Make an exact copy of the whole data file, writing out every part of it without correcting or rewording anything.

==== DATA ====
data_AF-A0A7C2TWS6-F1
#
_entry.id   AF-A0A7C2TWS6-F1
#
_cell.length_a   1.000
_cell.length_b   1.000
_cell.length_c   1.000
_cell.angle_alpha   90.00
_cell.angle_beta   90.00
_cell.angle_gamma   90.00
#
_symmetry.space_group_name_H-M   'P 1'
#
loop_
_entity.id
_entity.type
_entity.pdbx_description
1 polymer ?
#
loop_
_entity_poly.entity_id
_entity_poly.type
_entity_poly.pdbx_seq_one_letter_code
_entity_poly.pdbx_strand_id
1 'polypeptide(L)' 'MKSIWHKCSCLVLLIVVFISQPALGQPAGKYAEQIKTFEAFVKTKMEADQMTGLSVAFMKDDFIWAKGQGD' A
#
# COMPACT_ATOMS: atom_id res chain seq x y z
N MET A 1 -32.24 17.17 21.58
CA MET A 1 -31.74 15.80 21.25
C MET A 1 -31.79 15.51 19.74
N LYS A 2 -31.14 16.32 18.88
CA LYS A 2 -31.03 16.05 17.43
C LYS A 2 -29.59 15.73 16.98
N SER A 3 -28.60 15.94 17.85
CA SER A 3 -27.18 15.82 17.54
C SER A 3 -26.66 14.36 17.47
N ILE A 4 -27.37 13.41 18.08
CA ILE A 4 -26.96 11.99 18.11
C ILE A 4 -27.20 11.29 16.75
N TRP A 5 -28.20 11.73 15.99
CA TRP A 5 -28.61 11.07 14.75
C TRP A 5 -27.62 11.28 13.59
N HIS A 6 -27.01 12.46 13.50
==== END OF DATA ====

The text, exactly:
data_AF-A0A7C2TWS6-F1
#
_entry.id   AF-A0A7C2TWS6-F1
#
_cell.length_a   1.000
_cell.length_b   1.000
_cell.length_c   1.000
_cell.angle_alpha   90.00
_cell.angle_beta   90.00
_cell.angle_gamma   90.00
#
_symmetry.space_group_name_H-M   'P 1'
#
loop_
_entity.id
_entity.type
_entity.pdbx_description
1 polymer ?
#
loop_
_entity_poly.entity_id
_entity_poly.type
_entity_poly.pdbx_seq_one_letter_code
_entity_poly.pdbx_strand_id
1 'polypeptide(L)' 'MKSIWHKCSCLVLLIVVFISQPALGQPAGKYAEQIKTFEAFVKTKMEADQMTGLSVAFMKDDFIWAKGQGD' A
#
# COMPACT_ATOMS: atom_id res chain seq x y z
N MET A 1 -32.24 17.17 21.58
CA MET A 1 -31.74 15.80 21.25
C MET A 1 -31.79 15.51 19.74
N LYS A 2 -31.14 16.32 18.88
CA LYS A 2 -31.03 16.05 17.43
C LYS A 2 -29.59 15.73 16.98
N SER A 3 -28.60 15.94 17.85
CA SER A 3 -27.18 15.82 17.54
C SER A 3 -26.66 14.36 17.47
N ILE A 4 -27.37 13.41 18.08
CA ILE A 4 -26.96 11.99 18.11
C ILE A 4 -27.20 11.29 16.75
N TRP A 5 -28.20 11.73 15.99
CA TRP A 5 -28.61 11.07 14.75
C TRP A 5 -27.62 11.28 13.59
N HIS A 6 -27.01 12.46 13.50